Nicodems after Christ assended until His second coming, gave of his means to support the the work of the early Christian church. He also sacrificed his time to do some needed good. I can imagine if William were playing golf today with Nicodemus, Nicodemus would have given him pointers and encouragement to get that par more frequently. He would have helped William improve his swing so that by the 10th hole William would have been making par almost every time. Nicodemus would have helped William focus his eye on the ball all through the swing, forgetting his pitiful preformence. "My mother, and brothers are those who hear God's word and put it into practice" Luke 8:21. Love one another not in word and speech but in actions(helping those most in need) and truth. 1John 1:18. We are admonished to give of ourselves to Christ. I do believe that giving of oursleves to Christ is giving of ourselves to those who have the most need. The one who is able to connect with Christ is the one we bypass for the the soul who is struggling to rely on Christ for his strength to overcome.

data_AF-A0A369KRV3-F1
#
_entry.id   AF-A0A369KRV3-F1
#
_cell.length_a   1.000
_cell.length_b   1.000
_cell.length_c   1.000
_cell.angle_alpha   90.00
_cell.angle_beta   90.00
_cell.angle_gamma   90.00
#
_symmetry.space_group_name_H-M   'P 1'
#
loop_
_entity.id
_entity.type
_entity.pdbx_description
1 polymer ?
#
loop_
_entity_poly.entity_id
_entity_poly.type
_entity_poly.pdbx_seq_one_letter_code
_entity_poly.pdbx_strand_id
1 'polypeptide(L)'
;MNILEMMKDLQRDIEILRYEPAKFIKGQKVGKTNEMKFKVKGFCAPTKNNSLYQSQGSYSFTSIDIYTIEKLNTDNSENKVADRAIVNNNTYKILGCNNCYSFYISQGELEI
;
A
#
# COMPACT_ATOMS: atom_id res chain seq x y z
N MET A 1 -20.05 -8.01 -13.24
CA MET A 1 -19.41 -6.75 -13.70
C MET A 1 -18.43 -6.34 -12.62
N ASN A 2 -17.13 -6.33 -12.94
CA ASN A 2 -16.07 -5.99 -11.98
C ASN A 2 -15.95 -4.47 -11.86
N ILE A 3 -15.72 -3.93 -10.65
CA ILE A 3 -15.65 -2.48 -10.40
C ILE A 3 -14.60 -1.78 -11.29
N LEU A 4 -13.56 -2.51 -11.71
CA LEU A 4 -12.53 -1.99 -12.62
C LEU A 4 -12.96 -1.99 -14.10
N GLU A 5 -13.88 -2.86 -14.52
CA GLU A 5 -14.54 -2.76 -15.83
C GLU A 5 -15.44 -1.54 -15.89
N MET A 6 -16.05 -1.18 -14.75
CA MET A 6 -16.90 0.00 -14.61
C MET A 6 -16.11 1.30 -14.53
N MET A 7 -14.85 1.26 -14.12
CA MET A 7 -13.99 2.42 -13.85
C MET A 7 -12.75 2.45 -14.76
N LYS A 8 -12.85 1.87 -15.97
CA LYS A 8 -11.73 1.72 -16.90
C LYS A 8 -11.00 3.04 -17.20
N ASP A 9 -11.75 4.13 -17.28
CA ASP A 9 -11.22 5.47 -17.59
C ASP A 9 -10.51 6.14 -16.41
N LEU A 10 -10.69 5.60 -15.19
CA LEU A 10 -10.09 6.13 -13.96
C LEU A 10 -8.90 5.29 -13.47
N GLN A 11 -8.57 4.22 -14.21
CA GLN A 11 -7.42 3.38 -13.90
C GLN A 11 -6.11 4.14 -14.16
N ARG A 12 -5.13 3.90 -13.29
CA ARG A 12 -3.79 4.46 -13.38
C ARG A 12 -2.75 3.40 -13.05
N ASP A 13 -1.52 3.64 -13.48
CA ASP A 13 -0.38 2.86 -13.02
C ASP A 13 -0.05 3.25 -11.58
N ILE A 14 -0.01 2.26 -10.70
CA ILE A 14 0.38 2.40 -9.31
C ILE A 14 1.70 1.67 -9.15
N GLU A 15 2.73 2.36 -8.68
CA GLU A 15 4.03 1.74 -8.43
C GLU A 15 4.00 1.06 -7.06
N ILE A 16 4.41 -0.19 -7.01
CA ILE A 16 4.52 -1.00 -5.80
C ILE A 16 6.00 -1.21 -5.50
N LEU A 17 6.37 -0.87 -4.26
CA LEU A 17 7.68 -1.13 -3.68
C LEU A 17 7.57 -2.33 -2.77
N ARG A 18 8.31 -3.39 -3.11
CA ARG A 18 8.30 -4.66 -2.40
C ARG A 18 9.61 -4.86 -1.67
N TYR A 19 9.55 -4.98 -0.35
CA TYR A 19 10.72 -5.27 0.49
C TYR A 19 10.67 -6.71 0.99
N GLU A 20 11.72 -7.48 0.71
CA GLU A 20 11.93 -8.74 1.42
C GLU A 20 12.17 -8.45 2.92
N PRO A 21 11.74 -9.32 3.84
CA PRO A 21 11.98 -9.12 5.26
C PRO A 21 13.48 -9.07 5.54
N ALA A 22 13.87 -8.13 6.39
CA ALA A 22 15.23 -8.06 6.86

• does Robert "live the law", while being "selfish"? The two don't go together. Self love and the Law are polar opposites. So I'm not seeing the analogy too clearly John. Seems like Robert is needing a mentor to show him the way of faith and self-surrender, pointing him to the Lamb of God.

      As for Nicodemus, he would have kindly pointed William to the Master Golf Teacher, after telling William his own story of how the Master had changed his game. After all, isn't that the only pointer we can pass on to others? Only the yoke of Christ will work.

    • I like the comment about encouragement. While reading I put myself in Tom's place. I would have tried to comfort my friend by telling him of my similar struggles when I was just learning (I imagine newbies generally have similar challenges); giving tips; or even slowing down so that I am not so far ahead of him. Most importantly, I would have pointed out that the early challenges are really preparation for future games. In a similar fashion, new Christians sometimes struggle and even get frustrated with the challenges they face making adjustments. The more mature Christians's role is to encourage and stay close to them in their journey.